(looking for coherence and stability of the modes)
Data. The primary sea surface temperature (SST) data set for this analysis is the Hadley sea ice and SSTs from the Hadley Centre for Climate (1870-2002, version 1.1). The data set is extrapolated from the original 1x1 grid to a 5x2 grid, and cut to the shorter 1945-2002 period. In what is to follow the main interest is on the decadal variability of the Pacific basin so special attention will be paid on those modes that capture such variability.
Methodology. Before doing anything, anomalies are calculated with respect to the monthly/season means (i.e. annual cycle removed), and then an area weighting of the anomalies is done in order to avoid bias due to unequal areas of a latitude-longitude grid. Finally, the weighted anomalies are normalized dividing them by the square root of the spatially integrated temporal variance. Modes of SST variability are extracted from a regular Rotated EOF analysis and from an Extended Rotated EOF analysis. In both cases a covariance based Rotated Principal Component Analysis of monthly SST anomalies for the mostly Pacific domain (120E-60W,20S-60N) is carried out. EOFs of the covariance matrix are obtained from the Singular Value Decomposition analysis of SST anomalies in the regular analysis, and of combined lagged SST anomalies for the extended analysis. The eigenvectors are then rotated using the VARIMAX technique.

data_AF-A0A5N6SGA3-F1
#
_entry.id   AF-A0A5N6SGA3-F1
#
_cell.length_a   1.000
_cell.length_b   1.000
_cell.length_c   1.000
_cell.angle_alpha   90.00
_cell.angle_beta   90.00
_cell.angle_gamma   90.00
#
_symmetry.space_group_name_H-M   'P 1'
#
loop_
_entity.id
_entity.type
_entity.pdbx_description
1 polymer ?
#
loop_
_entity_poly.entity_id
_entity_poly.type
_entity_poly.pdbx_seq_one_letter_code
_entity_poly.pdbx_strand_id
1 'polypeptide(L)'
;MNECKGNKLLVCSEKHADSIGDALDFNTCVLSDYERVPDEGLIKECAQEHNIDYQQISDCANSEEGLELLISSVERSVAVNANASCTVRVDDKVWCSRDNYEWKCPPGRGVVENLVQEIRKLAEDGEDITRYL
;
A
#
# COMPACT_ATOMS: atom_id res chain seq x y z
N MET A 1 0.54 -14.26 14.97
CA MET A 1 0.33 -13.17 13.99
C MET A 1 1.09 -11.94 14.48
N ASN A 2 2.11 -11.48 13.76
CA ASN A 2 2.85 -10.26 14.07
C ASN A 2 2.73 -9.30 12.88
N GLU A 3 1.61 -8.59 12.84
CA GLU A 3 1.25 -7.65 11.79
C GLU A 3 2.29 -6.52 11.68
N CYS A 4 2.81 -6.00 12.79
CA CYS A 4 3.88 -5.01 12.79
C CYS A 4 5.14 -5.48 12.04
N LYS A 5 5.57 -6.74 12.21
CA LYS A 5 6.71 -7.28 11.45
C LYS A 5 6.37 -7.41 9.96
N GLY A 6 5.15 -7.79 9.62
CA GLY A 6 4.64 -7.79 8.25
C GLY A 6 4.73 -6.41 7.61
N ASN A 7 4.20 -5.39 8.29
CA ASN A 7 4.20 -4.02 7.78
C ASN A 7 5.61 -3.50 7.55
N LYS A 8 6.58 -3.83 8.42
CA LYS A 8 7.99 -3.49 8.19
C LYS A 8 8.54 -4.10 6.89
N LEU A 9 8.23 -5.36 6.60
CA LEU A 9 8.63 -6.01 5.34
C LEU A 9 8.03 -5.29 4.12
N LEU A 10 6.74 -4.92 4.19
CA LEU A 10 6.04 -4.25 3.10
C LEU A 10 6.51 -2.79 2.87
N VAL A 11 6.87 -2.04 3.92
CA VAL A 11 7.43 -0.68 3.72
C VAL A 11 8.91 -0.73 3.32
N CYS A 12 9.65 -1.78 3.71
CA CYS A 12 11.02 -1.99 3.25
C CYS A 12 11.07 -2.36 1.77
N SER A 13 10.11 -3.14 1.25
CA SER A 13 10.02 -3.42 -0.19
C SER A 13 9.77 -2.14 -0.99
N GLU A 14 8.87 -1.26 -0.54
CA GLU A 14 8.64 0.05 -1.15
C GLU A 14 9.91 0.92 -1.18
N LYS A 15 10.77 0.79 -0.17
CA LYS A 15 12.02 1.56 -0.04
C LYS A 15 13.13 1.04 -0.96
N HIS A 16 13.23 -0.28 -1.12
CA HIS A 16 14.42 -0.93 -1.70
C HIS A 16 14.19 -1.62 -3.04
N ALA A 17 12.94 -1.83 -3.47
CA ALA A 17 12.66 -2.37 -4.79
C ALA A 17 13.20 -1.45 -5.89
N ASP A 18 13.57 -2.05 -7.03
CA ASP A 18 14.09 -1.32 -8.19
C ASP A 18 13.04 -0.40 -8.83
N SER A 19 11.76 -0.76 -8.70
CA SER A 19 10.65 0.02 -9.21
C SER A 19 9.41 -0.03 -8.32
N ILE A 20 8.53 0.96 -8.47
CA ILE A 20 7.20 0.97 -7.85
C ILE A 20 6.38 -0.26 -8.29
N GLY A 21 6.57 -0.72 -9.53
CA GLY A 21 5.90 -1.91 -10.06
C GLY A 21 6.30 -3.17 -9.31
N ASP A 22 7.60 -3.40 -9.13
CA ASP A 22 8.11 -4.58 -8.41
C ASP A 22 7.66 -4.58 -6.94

Basic Experiments. It is possible to identify five main patterns from de rotated EOF analysis performed for the 1950-1993 period, namely, ENSO, Pacific Decadal, North Pacific, Western Pacific, and a "less-than-shape" equatorial pattern. However, when the analysis is performed for the 1945-2002 period two additional patterns emerge, one of which is trend related; the five patterns mentioned before are now in the first 7 patterns: ENSO, "less-than-shape", Pacific Decadal, North Pacific, Western Pacific. As for the 1950-1993 period, 9 eigenvectors are rotated explaining 66% of the variance (and about the same variance than for the shorter period). Those results impose some basic questions about the coherence and sensitivity of the modes to a number of things like to the length of the period, and the number of EOFs to be rotated. An extension of those questions may be the dependence of the identified modes on the type of analysis performed.
An alternative approach in identifying the main modes of variability in the Pacific basin, is to use the extended rotated EOF analysis (EREOF). The EREOF method identifies the dominant spatial and temporal structures of lagged sequences of covariances. This procedure is able to extract time evolving patterns because phase information is retained in the decomposition of the combined lagged data.